It's important to note that fever from any cause has been associated with adverse pregnancy outcomes, and the CDC recommends pregnant people who experience fever after vaccination take acetaminophen to lower their body temperature.

I'm skeptical of the vaccine. What are the risks of getting COVID-19 while pregnant? 

Pregnant and recently pregnant people are at higher risk of severe illness from COVID-19, including death, according to the CDC, and they're also at increased risk for preterm delivery (birth before 37 weeks) and other adverse pregnancy outcomes. 

Although there is information available now about how risky COVID-19 can be for pregnant people, that wasn't necessarily the case at the beginning of the pandemic, and pregnant people were not highlighted specifically as "high risk." Speichinger says that is likely because people who get pregnant are usually generally healthy and under age 40. Recent research, however, gives cause for concern. A study published by the American Journal of Obstetrics and Gynecology found that pregnant women were three times more likely to be hospitalized with COVID-19 and 13 times more likely to die than similarly aged individuals who were not pregnant when infected with COVID-19.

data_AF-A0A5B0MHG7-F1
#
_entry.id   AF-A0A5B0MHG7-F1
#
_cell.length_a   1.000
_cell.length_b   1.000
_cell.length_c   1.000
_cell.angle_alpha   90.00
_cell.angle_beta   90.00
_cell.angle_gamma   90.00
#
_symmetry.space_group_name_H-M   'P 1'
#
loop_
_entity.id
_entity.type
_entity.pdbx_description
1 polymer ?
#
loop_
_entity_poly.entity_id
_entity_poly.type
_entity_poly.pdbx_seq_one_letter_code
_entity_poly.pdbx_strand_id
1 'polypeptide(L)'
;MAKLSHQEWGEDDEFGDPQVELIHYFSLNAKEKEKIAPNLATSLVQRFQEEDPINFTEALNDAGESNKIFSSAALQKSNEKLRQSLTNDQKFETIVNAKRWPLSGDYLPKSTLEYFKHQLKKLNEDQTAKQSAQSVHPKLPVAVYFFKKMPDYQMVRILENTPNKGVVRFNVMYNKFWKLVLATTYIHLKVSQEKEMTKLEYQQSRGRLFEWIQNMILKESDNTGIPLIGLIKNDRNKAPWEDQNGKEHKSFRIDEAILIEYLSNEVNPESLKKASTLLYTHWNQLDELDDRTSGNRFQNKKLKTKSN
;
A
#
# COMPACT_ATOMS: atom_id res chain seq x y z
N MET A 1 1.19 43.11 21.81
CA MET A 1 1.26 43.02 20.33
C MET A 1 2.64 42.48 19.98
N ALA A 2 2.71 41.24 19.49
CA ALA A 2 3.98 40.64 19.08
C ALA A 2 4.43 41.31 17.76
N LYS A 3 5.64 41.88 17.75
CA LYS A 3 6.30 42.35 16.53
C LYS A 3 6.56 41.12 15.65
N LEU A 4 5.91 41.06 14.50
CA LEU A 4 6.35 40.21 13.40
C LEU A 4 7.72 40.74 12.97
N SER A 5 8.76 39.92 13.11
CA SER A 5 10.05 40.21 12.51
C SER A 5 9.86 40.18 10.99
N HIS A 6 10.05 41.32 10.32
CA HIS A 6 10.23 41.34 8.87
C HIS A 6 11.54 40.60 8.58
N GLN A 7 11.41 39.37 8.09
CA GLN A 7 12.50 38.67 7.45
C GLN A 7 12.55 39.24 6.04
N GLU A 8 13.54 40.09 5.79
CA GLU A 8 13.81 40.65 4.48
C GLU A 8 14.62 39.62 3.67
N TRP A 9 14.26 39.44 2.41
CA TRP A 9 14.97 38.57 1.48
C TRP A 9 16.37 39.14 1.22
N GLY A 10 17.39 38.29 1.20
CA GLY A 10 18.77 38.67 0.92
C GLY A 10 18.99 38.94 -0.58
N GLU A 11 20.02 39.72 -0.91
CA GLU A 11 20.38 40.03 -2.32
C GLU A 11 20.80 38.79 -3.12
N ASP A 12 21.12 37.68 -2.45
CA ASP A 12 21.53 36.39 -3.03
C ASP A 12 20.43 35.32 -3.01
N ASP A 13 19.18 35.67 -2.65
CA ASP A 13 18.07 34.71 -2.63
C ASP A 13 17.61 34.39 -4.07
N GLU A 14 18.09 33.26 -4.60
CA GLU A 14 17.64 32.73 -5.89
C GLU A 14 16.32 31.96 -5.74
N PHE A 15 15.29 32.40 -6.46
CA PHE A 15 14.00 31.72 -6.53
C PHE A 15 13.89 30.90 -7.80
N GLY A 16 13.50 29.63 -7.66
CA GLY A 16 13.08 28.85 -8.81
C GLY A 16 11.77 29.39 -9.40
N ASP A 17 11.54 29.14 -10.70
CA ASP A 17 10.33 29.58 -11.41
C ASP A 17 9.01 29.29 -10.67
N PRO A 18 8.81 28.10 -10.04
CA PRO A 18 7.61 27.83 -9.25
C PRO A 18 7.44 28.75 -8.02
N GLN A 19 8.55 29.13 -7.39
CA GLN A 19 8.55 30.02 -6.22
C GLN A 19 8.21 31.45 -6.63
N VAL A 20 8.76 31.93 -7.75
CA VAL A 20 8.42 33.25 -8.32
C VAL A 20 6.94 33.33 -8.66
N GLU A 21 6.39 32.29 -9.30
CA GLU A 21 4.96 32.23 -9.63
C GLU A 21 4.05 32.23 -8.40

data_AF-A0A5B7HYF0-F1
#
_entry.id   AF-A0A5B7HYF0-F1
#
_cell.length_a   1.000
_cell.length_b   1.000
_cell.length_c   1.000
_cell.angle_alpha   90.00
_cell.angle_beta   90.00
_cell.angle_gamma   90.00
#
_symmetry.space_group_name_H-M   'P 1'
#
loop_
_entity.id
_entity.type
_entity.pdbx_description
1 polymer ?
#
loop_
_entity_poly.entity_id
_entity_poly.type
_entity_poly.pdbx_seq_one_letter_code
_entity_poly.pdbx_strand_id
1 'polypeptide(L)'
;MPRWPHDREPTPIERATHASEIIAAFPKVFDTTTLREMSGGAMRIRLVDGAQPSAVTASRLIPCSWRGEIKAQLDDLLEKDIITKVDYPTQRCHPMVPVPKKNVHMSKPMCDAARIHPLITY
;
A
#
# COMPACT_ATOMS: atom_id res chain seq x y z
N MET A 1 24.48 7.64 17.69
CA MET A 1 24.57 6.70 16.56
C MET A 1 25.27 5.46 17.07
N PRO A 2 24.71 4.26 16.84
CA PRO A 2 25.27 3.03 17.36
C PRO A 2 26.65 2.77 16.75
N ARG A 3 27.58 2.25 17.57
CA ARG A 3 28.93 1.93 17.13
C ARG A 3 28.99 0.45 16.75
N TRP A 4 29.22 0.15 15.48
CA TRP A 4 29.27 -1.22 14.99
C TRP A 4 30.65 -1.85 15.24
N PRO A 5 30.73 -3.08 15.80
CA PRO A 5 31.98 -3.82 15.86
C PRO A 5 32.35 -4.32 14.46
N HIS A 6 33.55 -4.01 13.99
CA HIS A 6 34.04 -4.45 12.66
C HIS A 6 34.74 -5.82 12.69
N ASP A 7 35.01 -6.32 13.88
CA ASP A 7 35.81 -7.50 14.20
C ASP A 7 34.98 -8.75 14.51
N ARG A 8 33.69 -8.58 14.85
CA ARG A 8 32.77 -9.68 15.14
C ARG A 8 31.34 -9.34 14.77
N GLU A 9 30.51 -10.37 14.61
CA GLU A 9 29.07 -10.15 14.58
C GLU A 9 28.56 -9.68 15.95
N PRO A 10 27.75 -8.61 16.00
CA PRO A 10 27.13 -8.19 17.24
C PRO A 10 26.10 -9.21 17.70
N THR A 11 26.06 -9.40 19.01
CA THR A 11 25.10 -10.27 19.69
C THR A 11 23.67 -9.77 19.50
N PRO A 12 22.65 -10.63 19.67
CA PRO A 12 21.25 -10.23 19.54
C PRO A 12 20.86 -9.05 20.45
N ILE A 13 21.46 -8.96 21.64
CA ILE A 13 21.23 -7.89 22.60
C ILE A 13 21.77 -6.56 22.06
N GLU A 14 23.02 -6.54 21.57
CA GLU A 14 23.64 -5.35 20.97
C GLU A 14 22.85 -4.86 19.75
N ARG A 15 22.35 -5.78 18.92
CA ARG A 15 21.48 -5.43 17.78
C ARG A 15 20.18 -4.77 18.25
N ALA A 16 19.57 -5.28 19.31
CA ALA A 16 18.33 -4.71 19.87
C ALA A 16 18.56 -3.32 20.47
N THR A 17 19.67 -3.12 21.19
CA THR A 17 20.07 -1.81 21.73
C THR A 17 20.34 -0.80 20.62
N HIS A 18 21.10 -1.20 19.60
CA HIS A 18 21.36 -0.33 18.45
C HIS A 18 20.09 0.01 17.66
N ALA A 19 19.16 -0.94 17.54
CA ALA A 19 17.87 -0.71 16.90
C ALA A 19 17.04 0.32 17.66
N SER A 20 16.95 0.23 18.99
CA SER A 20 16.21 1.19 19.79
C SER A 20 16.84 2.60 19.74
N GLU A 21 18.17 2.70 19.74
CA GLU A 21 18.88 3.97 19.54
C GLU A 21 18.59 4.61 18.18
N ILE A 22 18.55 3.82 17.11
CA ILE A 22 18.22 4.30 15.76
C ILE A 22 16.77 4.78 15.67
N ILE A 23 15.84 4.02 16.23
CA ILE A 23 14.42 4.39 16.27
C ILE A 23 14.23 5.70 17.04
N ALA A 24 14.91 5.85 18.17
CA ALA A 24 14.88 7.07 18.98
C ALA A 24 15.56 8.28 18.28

Pregnant people who receive a COVID-19 vaccine should monitor themselves for fever, a common side effect after vaccination, and take acetaminophen if necessary. Fever during pregnancy has been associated with adverse outcomes, according to the CDC.